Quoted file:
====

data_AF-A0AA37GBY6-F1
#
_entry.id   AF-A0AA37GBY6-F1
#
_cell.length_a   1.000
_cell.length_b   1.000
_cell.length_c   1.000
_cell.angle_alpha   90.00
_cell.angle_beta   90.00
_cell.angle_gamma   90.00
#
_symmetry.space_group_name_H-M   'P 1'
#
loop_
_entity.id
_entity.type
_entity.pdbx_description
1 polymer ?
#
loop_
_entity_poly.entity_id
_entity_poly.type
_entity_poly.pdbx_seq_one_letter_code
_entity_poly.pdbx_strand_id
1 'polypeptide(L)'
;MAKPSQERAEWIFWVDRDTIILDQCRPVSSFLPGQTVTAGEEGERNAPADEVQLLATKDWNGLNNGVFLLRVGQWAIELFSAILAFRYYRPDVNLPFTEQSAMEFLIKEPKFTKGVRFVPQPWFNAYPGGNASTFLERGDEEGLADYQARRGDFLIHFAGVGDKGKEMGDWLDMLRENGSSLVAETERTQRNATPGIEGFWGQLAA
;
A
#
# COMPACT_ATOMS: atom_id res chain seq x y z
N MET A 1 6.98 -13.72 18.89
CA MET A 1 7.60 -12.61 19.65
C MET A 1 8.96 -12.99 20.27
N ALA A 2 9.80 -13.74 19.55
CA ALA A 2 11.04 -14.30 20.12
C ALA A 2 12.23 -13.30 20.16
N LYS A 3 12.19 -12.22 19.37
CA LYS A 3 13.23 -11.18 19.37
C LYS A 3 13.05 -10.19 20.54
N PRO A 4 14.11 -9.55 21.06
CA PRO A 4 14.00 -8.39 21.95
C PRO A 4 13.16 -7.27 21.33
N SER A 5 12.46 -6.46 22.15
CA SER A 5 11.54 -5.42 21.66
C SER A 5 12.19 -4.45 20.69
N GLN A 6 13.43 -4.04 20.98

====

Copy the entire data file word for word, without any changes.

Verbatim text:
data_AF-A0AA37GBY6-F1
#
_entry.id   AF-A0AA37GBY6-F1
#
_cell.length_a   1.000
_cell.length_b   1.000
_cell.length_c   1.000
_cell.angle_alpha   90.00
_cell.angle_beta   90.00
_cell.angle_gamma   90.00
#
_symmetry.space_group_name_H-M   'P 1'
#
loop_
_entity.id
_entity.type
_entity.pdbx_description
1 polymer ?
#
loop_
_entity_poly.entity_id
_entity_poly.type
_entity_poly.pdbx_seq_one_letter_code
_entity_poly.pdbx_strand_id
1 'polypeptide(L)'
;MAKPSQERAEWIFWVDRDTIILDQCRPVSSFLPGQTVTAGEEGERNAPADEVQLLATKDWNGLNNGVFLLRVGQWAIELFSAILAFRYYRPDVNLPFTEQSAMEFLIKEPKFTKGVRFVPQPWFNAYPGGNASTFLERGDEEGLADYQARRGDFLIHFAGVGDKGKEMGDWLDMLRENGSSLVAETERTQRNATPGIEGFWGQLAA
;
A
#
# COMPACT_ATOMS: atom_id res chain seq x y z
N MET A 1 6.98 -13.72 18.89
CA MET A 1 7.60 -12.61 19.65
C MET A 1 8.96 -12.99 20.27
N ALA A 2 9.80 -13.74 19.55
CA ALA A 2 11.04 -14.30 20.12
C ALA A 2 12.23 -13.30 20.16
N LYS A 3 12.19 -12.22 19.37
CA LYS A 3 13.23 -11.18 19.37
C LYS A 3 13.05 -10.19 20.54
N PRO A 4 14.11 -9.55 21.06
CA PRO A 4 14.00 -8.39 21.95
C PRO A 4 13.16 -7.27 21.33
N SER A 5 12.46 -6.46 22.15
CA SER A 5 11.54 -5.42 21.66
C SER A 5 12.19 -4.45 20.69
N GLN A 6 13.43 -4.04 20.98